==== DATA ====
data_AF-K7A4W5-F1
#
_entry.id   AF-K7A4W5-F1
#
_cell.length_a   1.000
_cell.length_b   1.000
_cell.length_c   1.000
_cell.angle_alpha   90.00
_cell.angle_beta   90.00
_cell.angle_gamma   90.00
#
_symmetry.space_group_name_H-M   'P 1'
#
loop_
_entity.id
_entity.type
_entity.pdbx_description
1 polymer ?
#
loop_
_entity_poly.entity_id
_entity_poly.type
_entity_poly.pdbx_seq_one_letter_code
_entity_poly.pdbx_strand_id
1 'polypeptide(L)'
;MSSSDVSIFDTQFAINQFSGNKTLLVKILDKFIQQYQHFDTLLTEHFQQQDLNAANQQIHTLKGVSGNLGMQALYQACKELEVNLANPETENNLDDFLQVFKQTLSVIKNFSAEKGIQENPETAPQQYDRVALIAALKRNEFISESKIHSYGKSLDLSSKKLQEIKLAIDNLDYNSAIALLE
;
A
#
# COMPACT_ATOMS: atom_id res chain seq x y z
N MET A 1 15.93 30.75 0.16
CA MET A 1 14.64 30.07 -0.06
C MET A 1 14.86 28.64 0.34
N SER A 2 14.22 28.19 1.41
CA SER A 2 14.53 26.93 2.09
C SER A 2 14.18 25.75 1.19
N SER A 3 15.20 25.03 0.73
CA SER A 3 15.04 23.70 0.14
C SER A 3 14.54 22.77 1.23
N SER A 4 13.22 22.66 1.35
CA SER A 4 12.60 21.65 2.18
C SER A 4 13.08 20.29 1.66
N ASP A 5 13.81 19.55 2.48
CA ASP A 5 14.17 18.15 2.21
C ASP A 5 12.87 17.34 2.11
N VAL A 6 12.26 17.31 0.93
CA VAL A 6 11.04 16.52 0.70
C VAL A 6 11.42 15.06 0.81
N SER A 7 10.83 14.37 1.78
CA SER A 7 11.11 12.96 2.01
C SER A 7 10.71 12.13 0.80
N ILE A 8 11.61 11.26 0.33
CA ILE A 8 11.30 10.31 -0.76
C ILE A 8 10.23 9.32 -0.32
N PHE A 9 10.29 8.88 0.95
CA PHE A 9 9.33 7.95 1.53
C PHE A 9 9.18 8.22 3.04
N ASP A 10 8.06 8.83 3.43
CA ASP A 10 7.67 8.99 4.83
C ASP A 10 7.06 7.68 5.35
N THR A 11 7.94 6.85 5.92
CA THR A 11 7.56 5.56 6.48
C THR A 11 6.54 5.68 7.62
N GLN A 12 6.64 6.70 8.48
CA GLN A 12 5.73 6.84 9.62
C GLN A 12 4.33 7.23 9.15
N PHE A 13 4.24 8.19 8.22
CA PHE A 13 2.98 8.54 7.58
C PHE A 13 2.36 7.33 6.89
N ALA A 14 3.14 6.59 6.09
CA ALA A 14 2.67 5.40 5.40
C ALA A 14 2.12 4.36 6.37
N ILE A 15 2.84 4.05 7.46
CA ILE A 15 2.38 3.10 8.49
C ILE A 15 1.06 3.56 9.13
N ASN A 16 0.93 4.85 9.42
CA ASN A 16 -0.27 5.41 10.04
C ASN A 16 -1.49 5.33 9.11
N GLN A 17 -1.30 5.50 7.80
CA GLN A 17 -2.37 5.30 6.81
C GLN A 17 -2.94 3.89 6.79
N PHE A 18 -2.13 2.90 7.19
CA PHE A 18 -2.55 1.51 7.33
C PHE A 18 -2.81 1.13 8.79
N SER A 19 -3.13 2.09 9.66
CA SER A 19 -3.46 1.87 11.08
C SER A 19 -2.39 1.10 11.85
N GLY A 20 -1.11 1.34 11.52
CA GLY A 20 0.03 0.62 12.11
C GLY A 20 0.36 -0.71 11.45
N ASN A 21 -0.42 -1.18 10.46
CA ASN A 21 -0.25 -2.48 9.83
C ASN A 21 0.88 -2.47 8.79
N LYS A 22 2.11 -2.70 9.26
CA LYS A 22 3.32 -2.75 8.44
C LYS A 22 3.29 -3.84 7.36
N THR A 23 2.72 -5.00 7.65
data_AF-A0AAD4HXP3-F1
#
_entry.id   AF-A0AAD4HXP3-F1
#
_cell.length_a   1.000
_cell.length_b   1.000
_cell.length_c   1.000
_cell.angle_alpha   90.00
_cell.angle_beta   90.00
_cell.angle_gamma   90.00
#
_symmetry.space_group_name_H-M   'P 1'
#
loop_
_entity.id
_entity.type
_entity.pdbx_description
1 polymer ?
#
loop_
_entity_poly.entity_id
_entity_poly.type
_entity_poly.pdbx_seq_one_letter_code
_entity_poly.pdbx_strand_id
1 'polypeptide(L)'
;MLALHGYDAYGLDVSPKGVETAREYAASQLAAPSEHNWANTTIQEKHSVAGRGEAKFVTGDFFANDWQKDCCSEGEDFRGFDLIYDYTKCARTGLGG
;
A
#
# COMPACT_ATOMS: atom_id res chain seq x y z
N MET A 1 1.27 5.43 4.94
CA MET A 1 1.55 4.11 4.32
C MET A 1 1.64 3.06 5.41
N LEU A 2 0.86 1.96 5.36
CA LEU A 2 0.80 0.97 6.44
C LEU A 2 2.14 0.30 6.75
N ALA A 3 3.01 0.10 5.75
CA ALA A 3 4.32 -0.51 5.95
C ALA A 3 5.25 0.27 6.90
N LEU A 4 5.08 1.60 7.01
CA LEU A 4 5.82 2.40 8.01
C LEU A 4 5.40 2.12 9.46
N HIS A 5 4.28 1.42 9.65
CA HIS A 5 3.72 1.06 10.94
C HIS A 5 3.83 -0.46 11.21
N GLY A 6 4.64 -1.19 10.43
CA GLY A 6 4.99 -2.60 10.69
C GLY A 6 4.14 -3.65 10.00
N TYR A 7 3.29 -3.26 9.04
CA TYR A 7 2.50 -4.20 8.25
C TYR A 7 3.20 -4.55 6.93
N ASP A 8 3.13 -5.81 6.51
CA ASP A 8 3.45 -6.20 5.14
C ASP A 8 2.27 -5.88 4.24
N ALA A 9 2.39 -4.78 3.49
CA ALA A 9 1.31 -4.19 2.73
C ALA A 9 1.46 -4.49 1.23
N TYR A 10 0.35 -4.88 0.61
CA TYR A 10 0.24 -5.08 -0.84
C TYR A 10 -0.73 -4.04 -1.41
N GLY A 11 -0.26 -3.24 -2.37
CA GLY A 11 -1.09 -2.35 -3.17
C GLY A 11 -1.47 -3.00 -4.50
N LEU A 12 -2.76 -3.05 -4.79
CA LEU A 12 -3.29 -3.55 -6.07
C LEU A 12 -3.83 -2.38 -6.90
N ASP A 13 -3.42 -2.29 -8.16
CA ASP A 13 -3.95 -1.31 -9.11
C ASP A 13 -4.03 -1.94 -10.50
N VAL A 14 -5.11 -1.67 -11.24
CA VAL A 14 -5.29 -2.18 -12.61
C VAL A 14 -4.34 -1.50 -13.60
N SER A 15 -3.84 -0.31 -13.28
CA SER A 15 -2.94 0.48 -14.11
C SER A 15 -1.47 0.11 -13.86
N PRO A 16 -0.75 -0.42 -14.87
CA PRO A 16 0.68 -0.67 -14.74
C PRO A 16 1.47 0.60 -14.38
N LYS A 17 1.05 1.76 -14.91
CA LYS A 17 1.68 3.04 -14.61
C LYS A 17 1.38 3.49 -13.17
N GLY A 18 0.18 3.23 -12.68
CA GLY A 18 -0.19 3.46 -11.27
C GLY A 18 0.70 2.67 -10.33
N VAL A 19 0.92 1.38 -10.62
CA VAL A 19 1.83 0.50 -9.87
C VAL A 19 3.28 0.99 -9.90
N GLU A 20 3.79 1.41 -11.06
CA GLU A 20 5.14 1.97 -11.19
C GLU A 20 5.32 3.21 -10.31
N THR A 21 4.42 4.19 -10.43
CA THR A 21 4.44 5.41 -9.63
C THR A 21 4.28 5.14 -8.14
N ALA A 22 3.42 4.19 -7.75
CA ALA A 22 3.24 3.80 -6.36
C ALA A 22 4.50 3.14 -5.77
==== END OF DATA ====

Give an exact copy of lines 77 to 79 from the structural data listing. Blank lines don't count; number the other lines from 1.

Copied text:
CA ASN A 16 -0.27 5.41 10.04
C ASN A 16 -1.49 5.33 9.11
N GLN A 17 -1.30 5.50 7.80